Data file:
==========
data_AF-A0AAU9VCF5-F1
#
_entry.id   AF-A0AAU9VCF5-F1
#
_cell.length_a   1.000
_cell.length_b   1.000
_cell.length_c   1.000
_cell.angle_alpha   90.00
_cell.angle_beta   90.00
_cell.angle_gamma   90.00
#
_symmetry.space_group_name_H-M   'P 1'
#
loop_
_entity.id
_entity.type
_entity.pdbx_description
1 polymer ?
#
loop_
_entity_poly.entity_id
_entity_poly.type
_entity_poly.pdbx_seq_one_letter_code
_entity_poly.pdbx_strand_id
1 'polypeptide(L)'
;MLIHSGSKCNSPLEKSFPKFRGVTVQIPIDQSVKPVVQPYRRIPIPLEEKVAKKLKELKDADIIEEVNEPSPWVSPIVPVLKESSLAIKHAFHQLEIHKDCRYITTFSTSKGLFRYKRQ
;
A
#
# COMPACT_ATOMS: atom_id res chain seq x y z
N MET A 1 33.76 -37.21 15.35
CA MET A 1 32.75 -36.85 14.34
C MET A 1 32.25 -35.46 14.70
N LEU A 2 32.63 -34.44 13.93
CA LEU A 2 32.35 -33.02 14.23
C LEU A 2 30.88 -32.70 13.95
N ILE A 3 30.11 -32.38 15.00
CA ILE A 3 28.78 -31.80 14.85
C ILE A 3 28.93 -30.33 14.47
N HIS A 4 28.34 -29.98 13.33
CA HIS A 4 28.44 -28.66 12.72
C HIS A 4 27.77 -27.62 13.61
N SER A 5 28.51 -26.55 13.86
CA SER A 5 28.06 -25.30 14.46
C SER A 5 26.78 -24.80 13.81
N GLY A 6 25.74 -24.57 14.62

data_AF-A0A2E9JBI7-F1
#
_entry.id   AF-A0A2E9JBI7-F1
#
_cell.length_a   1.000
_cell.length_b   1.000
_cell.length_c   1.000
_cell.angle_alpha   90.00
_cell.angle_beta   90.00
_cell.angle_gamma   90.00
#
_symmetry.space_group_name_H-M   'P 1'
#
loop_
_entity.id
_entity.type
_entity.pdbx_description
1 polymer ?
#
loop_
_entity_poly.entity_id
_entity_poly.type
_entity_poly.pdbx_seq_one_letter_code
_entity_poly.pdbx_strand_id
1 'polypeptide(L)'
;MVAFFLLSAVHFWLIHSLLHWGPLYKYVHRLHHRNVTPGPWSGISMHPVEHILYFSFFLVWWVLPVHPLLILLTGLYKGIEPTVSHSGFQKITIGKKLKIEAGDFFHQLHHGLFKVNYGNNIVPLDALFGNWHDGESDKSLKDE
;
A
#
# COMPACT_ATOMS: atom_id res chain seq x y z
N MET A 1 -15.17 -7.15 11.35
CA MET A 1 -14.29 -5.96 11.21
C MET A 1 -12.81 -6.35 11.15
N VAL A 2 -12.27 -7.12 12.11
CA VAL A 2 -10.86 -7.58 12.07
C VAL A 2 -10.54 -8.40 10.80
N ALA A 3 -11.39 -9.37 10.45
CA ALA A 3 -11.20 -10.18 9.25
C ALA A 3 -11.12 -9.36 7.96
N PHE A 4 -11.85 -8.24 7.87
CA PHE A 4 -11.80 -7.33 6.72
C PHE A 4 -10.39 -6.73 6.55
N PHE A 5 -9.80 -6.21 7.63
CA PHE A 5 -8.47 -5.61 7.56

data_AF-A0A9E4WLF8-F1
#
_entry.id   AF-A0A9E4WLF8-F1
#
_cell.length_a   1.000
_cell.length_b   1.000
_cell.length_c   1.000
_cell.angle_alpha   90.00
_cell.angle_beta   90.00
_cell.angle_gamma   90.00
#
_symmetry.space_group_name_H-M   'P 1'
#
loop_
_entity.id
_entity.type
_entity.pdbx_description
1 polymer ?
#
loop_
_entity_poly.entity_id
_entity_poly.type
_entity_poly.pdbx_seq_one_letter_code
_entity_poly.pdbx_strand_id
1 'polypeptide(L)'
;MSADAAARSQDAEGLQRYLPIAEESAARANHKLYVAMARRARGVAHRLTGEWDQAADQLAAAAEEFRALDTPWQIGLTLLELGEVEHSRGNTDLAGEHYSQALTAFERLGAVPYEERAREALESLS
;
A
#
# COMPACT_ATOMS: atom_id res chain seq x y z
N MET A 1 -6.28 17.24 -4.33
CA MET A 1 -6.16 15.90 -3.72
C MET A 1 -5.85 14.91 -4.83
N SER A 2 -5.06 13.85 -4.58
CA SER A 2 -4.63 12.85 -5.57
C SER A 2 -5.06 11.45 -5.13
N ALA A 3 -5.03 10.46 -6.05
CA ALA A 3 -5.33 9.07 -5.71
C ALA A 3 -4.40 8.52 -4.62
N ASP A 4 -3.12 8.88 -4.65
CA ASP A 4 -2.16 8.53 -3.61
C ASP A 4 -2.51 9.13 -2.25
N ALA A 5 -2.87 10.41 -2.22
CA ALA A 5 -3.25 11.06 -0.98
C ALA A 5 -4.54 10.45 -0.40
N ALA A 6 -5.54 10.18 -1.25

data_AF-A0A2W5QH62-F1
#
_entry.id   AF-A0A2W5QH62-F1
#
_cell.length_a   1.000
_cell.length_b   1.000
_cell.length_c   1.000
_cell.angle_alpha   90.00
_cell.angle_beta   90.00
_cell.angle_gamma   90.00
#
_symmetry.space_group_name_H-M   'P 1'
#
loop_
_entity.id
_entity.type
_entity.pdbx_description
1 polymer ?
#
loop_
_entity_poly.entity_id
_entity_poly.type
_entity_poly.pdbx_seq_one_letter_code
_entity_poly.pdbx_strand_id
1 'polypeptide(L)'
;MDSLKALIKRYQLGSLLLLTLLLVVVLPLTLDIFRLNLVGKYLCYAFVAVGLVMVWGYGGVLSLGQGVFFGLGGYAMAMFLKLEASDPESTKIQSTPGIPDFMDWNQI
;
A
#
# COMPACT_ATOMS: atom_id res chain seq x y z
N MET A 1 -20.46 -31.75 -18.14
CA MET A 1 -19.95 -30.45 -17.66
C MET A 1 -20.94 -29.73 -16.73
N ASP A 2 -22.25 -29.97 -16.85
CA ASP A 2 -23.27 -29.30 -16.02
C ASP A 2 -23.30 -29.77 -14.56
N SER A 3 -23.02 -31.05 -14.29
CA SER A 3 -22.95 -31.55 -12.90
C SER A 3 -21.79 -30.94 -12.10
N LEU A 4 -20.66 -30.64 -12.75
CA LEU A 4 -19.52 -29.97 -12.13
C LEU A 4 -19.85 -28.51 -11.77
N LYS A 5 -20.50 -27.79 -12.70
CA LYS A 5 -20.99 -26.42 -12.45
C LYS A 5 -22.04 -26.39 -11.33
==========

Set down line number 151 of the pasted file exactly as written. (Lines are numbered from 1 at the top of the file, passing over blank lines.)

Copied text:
_entity.id